Your Money = Lives Changed!

Last month was a novel month for me. As you know, I flew to the mainland of Europe for the first time! I tried all kinds of new foods: borscht (a beet and cabbage soup), olie bolin (fried, sweet bread from the Netherlands, yum!), and Domino’s Pizza—Ukraine style. I saw all kinds of new things: Sinterklaas (like the U.S. Santa Claus, kinda), towering apartment buildings in Kiev, and real windmills from the Netherlands. And I spent some money…okay, a lot of money. Your money. (Thanks!)

Remember not so long ago when we all gave money to the designated giving project Places of Peace: Russia and Ukraine? The money that was raised goes to buying a space (an apartment, probably) for Sunday worships and International Friendship Club meetings in our Eurasia Mission Center. This past month, I traveled to Ukraine to see if we could spend some of that money!

We arrived on a Monday afternoon in a very chilly Kiev and immediately went to check out some apartments to buy. The first one was spacious, had a lot of character, and we loved it. We didn’t want to fall too in love with it, though, who buys the first place they see? We proceeded to look at apartments for the rest of the week, checking out all kinds of places, then going back to our office in Kiev, talking about pros and cons and what the apartment MUST have in order for it to work into all of our parameters. At the end of the week, it was official…we must have the first apartment or none at all! The decision made, we talked to the real estate agent, and then began to dream!

What could this apartment mean to our church in Kiev? In Ukraine? In all of Eastern Europe? It is an excellent meeting place, we could teach MEADS there, visiting guest ministers could stay there (as soon as we put in a shower, of course), and we now have space to put people when we grow and grow and grow! What an apartment! It is perfect for our needs!

More and more, I understand how blessed I am to have this new job. I get to see how money given to the church truly and honestly changes people’s lives. Thank you for your generosity. It makes a difference! I promise! I’ve seen it!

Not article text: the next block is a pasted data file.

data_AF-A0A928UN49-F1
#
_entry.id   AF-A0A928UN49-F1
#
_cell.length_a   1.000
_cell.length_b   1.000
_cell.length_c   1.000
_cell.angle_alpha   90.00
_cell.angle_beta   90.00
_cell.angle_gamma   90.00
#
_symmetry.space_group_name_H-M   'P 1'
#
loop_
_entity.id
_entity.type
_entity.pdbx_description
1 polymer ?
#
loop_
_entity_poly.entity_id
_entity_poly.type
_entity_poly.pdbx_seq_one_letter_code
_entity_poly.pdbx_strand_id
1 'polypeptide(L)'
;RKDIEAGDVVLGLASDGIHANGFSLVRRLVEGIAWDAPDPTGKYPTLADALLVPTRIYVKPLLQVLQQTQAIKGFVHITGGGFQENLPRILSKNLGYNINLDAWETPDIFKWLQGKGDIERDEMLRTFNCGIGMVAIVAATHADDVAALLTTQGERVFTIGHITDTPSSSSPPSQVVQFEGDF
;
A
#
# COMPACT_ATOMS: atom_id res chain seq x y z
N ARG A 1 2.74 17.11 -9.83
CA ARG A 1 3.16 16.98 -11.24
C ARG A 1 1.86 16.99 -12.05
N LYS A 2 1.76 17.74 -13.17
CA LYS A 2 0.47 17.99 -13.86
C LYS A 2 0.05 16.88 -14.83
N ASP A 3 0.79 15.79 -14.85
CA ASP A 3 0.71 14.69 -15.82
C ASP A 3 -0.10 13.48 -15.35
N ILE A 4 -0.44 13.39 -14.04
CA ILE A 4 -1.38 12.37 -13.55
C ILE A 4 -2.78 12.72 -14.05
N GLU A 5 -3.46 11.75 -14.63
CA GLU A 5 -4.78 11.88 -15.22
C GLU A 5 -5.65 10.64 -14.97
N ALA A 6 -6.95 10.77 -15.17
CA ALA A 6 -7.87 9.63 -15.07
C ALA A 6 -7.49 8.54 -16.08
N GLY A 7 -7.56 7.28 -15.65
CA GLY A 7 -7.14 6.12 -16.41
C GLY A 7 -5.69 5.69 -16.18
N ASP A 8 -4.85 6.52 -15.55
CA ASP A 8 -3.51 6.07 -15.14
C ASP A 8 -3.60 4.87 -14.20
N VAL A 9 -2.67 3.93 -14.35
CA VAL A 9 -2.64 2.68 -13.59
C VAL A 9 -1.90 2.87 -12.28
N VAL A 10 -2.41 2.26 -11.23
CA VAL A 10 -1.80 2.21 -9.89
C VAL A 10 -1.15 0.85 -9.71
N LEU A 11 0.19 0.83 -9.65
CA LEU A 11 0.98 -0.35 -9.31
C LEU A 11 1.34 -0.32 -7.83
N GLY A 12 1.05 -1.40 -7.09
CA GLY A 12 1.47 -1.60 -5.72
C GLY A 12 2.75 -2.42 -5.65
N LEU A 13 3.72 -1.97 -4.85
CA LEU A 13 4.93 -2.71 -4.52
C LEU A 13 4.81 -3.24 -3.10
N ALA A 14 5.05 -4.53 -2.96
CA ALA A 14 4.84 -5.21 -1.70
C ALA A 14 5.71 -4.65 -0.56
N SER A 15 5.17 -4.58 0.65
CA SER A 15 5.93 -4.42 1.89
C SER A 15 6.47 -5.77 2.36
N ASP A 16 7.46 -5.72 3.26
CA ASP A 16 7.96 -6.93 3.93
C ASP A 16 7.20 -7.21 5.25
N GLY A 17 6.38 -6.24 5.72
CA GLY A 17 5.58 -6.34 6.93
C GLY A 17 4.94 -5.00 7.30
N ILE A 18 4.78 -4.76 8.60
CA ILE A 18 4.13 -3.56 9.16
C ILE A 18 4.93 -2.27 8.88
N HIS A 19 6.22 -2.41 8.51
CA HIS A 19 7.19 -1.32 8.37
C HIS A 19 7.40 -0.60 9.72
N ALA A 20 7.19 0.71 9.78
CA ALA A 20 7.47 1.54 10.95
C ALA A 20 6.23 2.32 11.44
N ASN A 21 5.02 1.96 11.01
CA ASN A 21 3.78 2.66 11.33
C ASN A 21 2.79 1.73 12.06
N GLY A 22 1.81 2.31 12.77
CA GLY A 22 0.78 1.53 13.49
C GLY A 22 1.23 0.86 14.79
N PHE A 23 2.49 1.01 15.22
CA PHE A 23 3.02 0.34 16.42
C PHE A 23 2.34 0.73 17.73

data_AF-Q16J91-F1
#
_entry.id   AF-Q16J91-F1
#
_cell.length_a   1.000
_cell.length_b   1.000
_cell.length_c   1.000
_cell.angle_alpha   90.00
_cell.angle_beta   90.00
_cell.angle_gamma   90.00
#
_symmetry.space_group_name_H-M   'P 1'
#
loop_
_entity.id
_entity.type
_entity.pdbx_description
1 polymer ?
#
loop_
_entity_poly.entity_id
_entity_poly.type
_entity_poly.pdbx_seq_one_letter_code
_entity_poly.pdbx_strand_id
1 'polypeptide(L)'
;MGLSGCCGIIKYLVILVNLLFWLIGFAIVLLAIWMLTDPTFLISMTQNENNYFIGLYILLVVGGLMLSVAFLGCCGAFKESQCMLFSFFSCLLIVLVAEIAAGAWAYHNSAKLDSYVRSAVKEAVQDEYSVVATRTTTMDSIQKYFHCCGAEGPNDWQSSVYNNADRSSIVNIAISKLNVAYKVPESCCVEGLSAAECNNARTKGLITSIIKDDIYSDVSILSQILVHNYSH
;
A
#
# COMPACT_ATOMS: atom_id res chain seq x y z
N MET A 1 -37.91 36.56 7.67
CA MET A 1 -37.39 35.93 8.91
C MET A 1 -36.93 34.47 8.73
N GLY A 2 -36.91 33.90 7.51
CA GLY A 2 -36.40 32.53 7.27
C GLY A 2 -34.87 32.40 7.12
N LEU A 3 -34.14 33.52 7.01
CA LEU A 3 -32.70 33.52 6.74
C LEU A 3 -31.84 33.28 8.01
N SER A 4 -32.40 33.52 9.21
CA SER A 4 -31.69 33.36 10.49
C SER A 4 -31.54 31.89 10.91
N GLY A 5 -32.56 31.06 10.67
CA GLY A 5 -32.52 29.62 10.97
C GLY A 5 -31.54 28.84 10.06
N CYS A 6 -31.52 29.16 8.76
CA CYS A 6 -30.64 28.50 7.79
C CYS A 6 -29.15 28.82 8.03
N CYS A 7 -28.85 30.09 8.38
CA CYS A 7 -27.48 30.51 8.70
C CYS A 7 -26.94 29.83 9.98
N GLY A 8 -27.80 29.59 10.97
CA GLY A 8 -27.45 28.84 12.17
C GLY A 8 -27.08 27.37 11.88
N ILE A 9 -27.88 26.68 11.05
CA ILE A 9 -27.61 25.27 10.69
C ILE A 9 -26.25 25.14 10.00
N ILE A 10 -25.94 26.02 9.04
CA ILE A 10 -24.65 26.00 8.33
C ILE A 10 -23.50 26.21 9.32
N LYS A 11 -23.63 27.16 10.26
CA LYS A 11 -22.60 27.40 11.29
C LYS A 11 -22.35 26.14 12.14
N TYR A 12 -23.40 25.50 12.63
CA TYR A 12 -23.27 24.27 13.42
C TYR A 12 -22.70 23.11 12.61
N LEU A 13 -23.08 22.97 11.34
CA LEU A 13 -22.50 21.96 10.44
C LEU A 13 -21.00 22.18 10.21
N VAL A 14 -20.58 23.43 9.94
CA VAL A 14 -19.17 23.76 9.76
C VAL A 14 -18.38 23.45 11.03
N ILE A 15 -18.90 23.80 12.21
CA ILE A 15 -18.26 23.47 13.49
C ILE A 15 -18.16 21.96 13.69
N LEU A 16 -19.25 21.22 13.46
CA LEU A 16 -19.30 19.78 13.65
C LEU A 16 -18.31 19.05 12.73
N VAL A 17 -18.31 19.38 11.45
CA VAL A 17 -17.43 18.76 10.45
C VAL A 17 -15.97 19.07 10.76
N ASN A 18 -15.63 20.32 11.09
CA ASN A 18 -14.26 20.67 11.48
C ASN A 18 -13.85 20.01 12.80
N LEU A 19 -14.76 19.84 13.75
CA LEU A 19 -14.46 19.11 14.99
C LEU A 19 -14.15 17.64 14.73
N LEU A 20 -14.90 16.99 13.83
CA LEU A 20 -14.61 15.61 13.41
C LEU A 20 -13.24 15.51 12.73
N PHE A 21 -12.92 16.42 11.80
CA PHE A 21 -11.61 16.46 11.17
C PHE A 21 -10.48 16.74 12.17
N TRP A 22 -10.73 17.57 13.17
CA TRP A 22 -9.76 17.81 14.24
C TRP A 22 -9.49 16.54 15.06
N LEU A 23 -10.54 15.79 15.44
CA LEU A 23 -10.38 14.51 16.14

4 thoughts on “Your Money = Lives Changed!

  1. albinocarlalong says:

    Oh my gosh, Bob! Those are HARD questions…and I want to answer them…I really do…I just haven’t been in this job long enough (almost three months!) to tell you everything, but I’ll tell you what I know.

    First of all, I should ask what area you’re talking about. There is, basically, a western Europe and and eastern Europe area. The WE area has been a part of Community of Christ for quite some time and so church there looks similar (although not the same, of course) as church here in the US. The EE church is very different, indeed. The EE is brand new…as in the last 10-15 years or so, so really new. It’s more like the first generation church from Biblical times…we are all trying to find way there.

    And then…you have the “working around different cultures and laws” in Russia and Ukraine. It makes being a church a bit like walking a tightrope at times. So, we have developed International Friendship Clubs in Russia and Ukraine. These clubs are there to teach children English and hopefully some peacemaking skills. Then, on Sunday, there is a worship service that people can attend if they want to.

    Western Europe is hard for me, too. There is a vast difference in culture between Norwegians and Germans and the Dutch and Spanish and Americans. I really can’t answer your questions because I haven’t really experienced all there is to experience with those cultures–as of now, I’ve only visited The Netherlands, Ukraine, and the UK.

    I hope that I can answer your questions better in the coming months and years. I have so much to learn and will be blogging about it on this site…so keep me on my toes! Keep asking the questions and I’ll keep doing my best to give you some answers!
    Thanks!

  2. albinocarlalong says:

    Hi Bob,

    Thanks for replying and thanks for your thoughtful comments.

    I think about this all of the time. As a Mission Center FInancial Officer, my job focuses a lot on money (of course), insurance, buildings, investments, etc, etc, etc…Out of all of that, though, buildings seem to take up a majority of the time. And I wonder the exact same thing that you do. Is it worth it?!?!?